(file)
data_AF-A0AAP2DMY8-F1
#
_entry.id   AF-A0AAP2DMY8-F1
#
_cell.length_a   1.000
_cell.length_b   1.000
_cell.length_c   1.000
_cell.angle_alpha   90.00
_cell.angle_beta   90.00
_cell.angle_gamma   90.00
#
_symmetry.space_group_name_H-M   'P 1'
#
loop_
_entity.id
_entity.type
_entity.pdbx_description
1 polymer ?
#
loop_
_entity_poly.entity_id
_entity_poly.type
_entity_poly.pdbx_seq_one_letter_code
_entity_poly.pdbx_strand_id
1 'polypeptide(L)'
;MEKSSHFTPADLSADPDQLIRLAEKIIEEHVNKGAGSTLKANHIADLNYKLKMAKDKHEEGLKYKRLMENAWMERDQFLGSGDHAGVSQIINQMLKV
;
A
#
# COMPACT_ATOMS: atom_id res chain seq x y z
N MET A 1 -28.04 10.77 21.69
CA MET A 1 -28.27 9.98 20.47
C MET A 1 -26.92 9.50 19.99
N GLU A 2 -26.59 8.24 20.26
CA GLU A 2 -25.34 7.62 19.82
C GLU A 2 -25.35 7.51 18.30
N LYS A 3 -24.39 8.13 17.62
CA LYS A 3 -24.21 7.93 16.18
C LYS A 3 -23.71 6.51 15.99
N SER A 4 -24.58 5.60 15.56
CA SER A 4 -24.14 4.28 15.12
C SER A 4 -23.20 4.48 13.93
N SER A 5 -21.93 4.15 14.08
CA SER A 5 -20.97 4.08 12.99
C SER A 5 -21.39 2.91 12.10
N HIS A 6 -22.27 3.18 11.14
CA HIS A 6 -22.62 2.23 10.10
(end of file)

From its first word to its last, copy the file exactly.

data_AF-A0AAP2DMY8-F1
#
_entry.id   AF-A0AAP2DMY8-F1
#
_cell.length_a   1.000
_cell.length_b   1.000
_cell.length_c   1.000
_cell.angle_alpha   90.00
_cell.angle_beta   90.00
_cell.angle_gamma   90.00
#
_symmetry.space_group_name_H-M   'P 1'
#
loop_
_entity.id
_entity.type
_entity.pdbx_description
1 polymer ?
#
loop_
_entity_poly.entity_id
_entity_poly.type
_entity_poly.pdbx_seq_one_letter_code
_entity_poly.pdbx_strand_id
1 'polypeptide(L)'
;MEKSSHFTPADLSADPDQLIRLAEKIIEEHVNKGAGSTLKANHIADLNYKLKMAKDKHEEGLKYKRLMENAWMERDQFLGSGDHAGVSQIINQMLKV
;
A
#
# COMPACT_ATOMS: atom_id res chain seq x y z
N MET A 1 -28.04 10.77 21.69
CA MET A 1 -28.27 9.98 20.47
C MET A 1 -26.92 9.50 19.99
N GLU A 2 -26.59 8.24 20.26
CA GLU A 2 -25.34 7.62 19.82
C GLU A 2 -25.35 7.51 18.30
N LYS A 3 -24.39 8.13 17.62
CA LYS A 3 -24.21 7.93 16.18
C LYS A 3 -23.71 6.51 15.99
N SER A 4 -24.58 5.60 15.56
CA SER A 4 -24.14 4.28 15.12
C SER A 4 -23.20 4.48 13.93
N SER A 5 -21.93 4.15 14.08
CA SER A 5 -20.97 4.08 12.99
C SER A 5 -21.39 2.91 12.10
N HIS A 6 -22.27 3.18 11.14
CA HIS A 6 -22.62 2.23 10.10